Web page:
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Report cards came home a few weeks ago. I always look forward to report card time—seeing how my kids are progressing, where they’re excelling, where they’re struggling and so on. Report cards give me a glimpse into what they’re doing for six hours each day when they’re not with me.
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Each marking period as I glance over their grades, I am reminded of just how much boys are learning and growing every day. Their little minds are constantly being infused with new and exciting nuggets of information. And it got me to thinking: What about me? What about my report card? What have I learned and how have I grown? What nuggets of information have I gathered in my own adult-sized noggin?
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As I sit here just weeks after my 40th birthday, I find myself in a place of reflection. I’m looking back on my life in attempt to generate my own progress report. And in doing so, it occurred to me that so much of what I’ve learned over the course of my adult life has come in the way of motherhood.
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I’m not talking about the overt skills I’ve learned like how to change a diaper, how to nurse a sick kid back to health or how to adjust a palate expander. I’m talking about the intangibles—the more profound lessons that motherhood has to offer.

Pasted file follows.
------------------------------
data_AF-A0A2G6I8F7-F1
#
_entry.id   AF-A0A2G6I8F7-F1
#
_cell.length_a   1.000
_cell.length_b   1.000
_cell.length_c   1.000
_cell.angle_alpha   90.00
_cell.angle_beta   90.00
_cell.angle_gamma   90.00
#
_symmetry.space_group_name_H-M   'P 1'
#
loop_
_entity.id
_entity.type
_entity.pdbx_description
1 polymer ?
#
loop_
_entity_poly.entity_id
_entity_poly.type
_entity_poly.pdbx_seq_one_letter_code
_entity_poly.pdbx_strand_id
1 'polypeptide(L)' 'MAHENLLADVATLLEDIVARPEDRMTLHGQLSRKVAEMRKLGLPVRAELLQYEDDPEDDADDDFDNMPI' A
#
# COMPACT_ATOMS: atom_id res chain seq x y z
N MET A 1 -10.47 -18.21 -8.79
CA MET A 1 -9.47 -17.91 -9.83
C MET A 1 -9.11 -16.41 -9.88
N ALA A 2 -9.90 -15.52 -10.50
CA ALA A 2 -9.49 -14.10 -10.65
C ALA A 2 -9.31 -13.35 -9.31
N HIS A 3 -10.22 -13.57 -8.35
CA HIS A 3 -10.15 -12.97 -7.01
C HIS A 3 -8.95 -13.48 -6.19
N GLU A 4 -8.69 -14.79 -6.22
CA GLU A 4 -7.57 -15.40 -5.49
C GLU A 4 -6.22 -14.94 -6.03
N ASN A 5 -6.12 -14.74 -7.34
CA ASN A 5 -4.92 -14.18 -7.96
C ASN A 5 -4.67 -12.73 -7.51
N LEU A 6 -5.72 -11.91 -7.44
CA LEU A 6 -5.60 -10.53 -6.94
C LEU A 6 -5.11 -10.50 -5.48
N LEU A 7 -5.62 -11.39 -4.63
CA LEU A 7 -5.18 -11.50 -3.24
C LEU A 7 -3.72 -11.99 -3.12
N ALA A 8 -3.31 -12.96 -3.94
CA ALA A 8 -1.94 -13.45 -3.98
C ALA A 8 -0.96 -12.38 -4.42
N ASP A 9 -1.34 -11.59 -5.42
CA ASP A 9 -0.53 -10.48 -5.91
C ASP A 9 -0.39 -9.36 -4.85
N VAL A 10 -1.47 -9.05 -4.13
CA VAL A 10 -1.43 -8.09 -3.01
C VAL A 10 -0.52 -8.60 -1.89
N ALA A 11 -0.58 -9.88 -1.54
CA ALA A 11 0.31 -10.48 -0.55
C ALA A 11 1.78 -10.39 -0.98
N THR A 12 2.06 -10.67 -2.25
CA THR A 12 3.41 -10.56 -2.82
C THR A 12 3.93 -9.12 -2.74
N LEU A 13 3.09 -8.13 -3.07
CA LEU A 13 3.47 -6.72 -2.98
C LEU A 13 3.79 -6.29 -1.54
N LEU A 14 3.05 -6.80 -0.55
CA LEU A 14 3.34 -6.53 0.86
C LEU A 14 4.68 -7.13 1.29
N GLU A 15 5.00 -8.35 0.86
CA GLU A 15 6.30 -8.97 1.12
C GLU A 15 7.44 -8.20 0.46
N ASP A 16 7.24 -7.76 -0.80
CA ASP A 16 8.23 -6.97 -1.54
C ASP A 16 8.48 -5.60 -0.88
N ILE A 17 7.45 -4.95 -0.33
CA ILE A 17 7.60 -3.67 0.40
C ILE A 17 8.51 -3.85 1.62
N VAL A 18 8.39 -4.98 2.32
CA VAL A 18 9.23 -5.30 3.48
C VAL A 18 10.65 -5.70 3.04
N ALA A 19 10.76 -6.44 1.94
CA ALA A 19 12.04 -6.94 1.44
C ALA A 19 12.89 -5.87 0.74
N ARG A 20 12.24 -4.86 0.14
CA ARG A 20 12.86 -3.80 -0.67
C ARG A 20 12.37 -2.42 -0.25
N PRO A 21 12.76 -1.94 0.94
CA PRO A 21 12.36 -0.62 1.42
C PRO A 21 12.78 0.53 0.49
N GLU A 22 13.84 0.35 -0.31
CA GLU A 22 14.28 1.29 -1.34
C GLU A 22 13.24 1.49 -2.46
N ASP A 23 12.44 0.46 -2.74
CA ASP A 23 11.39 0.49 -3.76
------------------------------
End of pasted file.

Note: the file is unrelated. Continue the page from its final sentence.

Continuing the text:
Sometimes we break, but we also heal. Last year, my son broke his thumb—in two spots. And oh how upsetting it was. His hand was purple, swollen and throbbing. He had to wear a splint for a month. He had to sit out of gym class, basketball and TaekwonDo for a month. He couldn’t rough house with his brother or jump off his top bunk for a month. He was an unhappy camper… for a month. But of course his body’s natural healing mechanisms kicked into gear and before he knew it, his thumb was good as new. His bone fused and he was back to living his active life once again.
Isn’t that true of our emotions, too? We sometimes break into what feels like irreparable pieces. But our minds, like our bones, have a wondrous capacity to heal. Life ebbs and flows. Sometimes we’re at the top of our game while other times we’re sniffing rock bottom. But the whole of who we are at our core wants to heal. Our healing powers that reside deep within are always working and fighting to keep us going—be it a broken thumb or a broken spirit. Sometimes we break, but we also heal.
Mess is unavoidable. Roll with it. I hate disorder; it stresses me out. But as a parent of two nutty boys, living in chaos is the norm. On any given day, my home looks like a scene from animal house, my car looks like a locker room and my purse looks like a trash compactor.
After years of fighting the uphill battle—working tirelessly to bring order to the overwhelming disorder—I’ve finally resigned myself to the fact that, as a mother, mess simply surrounds me. Rather than working myself to the bone trying to keep everything in line, I’ve learned to let go and just roll it. So the sink is full of dishes. So what? Is it gonna kill me to let those dishes sit while I play with my kids or watch an episode of Modern Family? Will I just crumble and die if I walk past the overflowing hamper of dirty laundry on my way out to lunch with a friend? Na. I’ve come to accept the fact that there will always be some mess somewhere calling out for my attention. But who cares? Why not enjoy life more and clean less?